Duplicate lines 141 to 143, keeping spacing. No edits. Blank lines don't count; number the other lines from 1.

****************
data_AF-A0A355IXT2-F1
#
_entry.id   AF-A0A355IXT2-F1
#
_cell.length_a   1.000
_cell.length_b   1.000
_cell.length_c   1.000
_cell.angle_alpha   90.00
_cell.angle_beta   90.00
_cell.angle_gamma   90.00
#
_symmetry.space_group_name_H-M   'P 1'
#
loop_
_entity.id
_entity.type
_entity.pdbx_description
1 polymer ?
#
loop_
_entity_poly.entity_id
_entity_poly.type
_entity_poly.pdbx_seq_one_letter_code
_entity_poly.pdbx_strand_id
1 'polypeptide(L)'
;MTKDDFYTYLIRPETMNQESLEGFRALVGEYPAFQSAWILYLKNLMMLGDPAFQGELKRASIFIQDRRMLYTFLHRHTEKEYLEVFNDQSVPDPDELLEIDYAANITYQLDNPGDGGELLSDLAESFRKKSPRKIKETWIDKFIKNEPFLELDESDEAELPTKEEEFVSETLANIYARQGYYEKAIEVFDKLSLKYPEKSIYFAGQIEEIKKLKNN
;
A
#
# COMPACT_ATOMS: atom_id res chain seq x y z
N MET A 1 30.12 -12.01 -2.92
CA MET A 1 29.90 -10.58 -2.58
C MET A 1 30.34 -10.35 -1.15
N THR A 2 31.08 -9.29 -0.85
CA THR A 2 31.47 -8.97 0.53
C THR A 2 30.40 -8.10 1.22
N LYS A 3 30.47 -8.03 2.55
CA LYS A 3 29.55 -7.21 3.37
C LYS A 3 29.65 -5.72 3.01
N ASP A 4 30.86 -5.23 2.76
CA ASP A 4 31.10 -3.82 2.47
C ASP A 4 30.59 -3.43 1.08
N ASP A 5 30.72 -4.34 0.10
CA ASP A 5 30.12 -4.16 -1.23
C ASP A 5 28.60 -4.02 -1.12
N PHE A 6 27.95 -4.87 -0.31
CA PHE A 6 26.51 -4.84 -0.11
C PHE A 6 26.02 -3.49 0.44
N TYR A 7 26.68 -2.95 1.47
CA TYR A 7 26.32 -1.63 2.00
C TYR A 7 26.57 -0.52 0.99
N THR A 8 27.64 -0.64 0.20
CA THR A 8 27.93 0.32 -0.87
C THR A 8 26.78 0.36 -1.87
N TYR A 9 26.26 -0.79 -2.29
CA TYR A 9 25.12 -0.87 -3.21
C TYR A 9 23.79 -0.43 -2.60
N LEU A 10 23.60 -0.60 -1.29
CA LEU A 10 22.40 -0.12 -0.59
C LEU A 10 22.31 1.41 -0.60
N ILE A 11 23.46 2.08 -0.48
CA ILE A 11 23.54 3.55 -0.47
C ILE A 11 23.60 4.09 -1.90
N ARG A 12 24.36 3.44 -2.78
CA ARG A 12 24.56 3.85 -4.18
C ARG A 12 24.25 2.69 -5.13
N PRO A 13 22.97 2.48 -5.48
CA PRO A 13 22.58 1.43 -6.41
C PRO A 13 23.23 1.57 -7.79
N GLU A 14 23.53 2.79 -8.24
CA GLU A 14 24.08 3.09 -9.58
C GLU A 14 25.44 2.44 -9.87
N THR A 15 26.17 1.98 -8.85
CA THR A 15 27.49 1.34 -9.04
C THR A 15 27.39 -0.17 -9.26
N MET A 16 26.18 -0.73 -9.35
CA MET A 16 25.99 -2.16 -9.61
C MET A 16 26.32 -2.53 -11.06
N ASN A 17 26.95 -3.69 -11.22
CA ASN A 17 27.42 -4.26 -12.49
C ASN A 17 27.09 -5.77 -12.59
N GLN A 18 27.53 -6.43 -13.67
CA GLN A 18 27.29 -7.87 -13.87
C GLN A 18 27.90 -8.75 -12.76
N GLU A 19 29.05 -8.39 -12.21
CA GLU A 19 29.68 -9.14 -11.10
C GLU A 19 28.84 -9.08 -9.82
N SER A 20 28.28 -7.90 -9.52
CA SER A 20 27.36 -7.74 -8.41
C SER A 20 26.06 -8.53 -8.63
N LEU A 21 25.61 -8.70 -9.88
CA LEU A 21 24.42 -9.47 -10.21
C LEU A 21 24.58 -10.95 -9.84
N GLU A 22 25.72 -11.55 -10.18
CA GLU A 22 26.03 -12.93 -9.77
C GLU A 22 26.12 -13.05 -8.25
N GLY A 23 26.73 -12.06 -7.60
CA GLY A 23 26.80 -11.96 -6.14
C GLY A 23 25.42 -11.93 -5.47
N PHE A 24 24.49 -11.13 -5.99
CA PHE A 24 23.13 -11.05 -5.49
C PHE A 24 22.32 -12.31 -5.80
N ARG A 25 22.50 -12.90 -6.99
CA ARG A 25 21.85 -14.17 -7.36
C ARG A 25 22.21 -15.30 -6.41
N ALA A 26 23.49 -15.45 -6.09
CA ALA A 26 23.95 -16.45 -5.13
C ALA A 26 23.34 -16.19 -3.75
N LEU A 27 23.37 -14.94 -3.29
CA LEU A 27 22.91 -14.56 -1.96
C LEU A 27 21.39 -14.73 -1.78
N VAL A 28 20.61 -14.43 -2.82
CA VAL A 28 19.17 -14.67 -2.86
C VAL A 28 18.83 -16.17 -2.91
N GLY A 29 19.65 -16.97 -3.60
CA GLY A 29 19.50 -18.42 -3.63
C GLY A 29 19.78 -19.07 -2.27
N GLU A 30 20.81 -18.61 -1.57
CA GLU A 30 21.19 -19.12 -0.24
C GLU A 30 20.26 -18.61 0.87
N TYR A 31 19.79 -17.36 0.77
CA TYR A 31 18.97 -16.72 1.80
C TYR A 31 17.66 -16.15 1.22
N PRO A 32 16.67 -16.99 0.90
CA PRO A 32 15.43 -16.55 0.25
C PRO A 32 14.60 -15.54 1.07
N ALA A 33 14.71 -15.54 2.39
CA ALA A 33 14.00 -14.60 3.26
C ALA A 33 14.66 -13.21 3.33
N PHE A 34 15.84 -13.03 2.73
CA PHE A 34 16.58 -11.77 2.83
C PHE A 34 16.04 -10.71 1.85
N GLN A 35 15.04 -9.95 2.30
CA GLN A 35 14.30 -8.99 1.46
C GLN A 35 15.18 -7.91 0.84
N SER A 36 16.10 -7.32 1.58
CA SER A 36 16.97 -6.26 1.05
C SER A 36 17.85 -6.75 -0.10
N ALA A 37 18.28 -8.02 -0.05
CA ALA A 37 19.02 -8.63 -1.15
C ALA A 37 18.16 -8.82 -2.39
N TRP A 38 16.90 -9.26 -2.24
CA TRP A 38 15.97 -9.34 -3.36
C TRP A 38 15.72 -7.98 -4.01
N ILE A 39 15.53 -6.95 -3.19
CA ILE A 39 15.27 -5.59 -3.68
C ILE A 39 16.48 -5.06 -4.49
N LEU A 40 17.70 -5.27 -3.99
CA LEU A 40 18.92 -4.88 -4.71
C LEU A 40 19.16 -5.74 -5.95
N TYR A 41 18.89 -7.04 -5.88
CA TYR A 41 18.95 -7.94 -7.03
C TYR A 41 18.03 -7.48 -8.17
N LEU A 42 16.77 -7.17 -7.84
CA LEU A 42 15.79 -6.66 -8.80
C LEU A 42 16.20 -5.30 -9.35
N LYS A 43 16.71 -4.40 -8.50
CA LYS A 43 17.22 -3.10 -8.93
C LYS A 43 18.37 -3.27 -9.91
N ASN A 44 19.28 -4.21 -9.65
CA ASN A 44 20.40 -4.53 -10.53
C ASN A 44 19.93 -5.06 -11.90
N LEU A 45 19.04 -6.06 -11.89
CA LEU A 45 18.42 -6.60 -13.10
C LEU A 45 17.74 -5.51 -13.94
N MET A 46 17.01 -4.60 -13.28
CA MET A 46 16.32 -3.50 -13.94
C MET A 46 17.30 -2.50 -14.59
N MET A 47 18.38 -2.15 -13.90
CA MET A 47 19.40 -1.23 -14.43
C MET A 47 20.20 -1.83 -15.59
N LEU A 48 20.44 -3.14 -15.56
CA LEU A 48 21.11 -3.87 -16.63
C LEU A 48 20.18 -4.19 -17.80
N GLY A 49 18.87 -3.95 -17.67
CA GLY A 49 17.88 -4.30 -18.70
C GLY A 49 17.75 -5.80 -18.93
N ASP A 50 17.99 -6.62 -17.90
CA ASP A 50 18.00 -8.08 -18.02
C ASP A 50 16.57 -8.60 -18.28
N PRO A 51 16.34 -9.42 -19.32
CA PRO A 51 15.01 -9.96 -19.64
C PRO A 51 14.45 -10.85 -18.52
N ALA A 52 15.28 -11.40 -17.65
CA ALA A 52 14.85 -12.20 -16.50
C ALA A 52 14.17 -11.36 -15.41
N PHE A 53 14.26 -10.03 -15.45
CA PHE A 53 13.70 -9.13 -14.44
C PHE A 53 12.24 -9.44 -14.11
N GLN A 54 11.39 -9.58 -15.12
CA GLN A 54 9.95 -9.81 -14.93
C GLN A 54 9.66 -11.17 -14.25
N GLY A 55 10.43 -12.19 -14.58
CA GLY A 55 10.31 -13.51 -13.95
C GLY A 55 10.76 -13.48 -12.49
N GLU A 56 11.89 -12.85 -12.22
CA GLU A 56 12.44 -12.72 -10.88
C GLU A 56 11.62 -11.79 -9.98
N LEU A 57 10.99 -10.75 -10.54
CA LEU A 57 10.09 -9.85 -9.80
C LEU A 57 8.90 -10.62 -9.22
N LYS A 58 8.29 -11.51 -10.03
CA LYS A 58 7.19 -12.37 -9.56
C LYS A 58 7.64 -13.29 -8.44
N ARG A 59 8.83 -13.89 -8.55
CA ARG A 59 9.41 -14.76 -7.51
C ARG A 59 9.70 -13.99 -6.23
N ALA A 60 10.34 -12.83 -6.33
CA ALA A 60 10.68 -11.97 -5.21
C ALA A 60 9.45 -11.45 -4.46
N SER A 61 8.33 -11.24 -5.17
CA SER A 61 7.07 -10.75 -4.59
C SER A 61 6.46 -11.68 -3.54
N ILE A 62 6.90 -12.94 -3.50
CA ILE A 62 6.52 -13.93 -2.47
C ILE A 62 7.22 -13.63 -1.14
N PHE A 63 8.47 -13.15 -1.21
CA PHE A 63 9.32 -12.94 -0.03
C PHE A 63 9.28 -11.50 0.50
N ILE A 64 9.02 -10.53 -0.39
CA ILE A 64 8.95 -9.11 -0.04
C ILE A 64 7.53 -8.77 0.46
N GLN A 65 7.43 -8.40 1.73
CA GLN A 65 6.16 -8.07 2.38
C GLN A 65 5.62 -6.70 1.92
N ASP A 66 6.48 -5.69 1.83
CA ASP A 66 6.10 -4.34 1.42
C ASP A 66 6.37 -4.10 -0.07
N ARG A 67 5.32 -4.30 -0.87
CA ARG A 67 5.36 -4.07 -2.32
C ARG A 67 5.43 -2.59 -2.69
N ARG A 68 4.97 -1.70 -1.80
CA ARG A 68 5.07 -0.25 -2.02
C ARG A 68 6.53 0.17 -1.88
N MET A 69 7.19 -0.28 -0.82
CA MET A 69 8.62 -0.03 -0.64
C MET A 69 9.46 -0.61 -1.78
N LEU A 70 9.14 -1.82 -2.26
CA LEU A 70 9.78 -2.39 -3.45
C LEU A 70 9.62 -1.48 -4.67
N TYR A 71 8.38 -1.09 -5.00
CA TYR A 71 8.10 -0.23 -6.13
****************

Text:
C ALA A 37 18.16 -8.82 -2.39
N TRP A 38 16.90 -9.26 -2.24
CA TRP A 38 15.97 -9.34 -3.36